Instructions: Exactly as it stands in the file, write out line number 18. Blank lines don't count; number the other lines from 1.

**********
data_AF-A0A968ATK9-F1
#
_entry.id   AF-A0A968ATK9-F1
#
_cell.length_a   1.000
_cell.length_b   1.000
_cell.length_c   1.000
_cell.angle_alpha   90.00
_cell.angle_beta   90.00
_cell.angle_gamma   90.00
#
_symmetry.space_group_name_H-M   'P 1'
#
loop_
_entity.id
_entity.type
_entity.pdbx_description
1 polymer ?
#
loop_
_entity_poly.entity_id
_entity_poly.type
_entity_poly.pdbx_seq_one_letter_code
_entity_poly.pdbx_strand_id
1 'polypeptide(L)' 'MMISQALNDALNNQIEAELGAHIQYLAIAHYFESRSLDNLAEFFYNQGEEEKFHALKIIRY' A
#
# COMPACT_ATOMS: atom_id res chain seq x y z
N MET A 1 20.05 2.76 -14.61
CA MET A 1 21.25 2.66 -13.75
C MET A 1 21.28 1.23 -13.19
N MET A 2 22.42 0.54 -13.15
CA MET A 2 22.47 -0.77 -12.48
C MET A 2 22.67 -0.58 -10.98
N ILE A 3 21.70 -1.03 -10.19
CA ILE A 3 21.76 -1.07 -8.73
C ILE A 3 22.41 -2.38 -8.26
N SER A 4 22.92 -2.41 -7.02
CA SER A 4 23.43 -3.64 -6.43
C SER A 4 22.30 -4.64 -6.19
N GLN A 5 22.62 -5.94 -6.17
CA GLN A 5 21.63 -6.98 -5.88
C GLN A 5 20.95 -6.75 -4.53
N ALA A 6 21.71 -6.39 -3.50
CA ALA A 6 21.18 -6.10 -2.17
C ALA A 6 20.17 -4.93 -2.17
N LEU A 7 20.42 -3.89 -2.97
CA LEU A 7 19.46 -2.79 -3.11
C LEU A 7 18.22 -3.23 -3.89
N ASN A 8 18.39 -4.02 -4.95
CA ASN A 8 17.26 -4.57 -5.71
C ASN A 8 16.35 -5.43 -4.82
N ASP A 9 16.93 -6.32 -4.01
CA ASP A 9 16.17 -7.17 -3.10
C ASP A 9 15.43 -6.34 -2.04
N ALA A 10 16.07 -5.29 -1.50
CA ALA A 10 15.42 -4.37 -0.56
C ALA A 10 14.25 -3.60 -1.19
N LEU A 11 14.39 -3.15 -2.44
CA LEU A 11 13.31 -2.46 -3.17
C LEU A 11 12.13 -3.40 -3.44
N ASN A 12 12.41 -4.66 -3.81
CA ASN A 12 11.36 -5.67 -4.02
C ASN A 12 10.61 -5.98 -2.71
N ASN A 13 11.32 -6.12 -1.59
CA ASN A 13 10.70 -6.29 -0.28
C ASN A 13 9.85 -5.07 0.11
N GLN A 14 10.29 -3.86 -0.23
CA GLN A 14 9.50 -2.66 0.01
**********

1 polymer ?